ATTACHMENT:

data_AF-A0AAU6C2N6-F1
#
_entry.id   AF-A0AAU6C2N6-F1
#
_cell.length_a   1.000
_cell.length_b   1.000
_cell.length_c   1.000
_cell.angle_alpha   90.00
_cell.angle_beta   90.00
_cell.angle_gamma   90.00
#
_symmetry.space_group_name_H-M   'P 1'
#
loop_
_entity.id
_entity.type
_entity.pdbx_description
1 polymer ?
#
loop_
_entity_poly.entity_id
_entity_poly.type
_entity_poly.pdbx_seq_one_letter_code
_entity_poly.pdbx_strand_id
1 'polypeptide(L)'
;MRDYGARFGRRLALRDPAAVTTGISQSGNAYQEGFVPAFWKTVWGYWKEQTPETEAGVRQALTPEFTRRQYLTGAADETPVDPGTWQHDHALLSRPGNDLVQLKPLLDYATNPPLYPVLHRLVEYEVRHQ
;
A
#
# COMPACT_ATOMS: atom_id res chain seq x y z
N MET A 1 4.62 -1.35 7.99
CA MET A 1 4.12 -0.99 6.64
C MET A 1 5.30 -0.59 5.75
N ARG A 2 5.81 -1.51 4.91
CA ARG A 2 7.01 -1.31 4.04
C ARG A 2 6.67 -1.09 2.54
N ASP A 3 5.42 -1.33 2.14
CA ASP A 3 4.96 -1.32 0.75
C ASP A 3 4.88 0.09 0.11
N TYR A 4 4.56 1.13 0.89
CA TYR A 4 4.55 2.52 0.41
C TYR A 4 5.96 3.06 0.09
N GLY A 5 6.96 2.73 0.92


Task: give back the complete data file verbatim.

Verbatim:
data_AF-A0AAU6C2N6-F1
#
_entry.id   AF-A0AAU6C2N6-F1
#
_cell.length_a   1.000
_cell.length_b   1.000
_cell.length_c   1.000
_cell.angle_alpha   90.00
_cell.angle_beta   90.00
_cell.angle_gamma   90.00
#
_symmetry.space_group_name_H-M   'P 1'
#
loop_
_entity.id
_entity.type
_entity.pdbx_description
1 polymer ?
#
loop_
_entity_poly.entity_id
_entity_poly.type
_entity_poly.pdbx_seq_one_letter_code
_entity_poly.pdbx_strand_id
1 'polypeptide(L)'
;MRDYGARFGRRLALRDPAAVTTGISQSGNAYQEGFVPAFWKTVWGYWKEQTPETEAGVRQALTPEFTRRQYLTGAADETPVDPGTWQHDHALLSRPGNDLVQLKPLLDYATNPPLYPVLHRLVEYEVRHQ
;
A
#
# COMPACT_ATOMS: atom_id res chain seq x y z
N MET A 1 4.62 -1.35 7.99
CA MET A 1 4.12 -0.99 6.64
C MET A 1 5.30 -0.59 5.75
N ARG A 2 5.81 -1.51 4.91
CA ARG A 2 7.01 -1.31 4.04
C ARG A 2 6.67 -1.09 2.54
N ASP A 3 5.42 -1.33 2.14
CA ASP A 3 4.96 -1.32 0.75
C ASP A 3 4.88 0.09 0.11
N TYR A 4 4.56 1.13 0.89
CA TYR A 4 4.55 2.52 0.41
C TYR A 4 5.96 3.06 0.09
N GLY A 5 6.96 2.73 0.92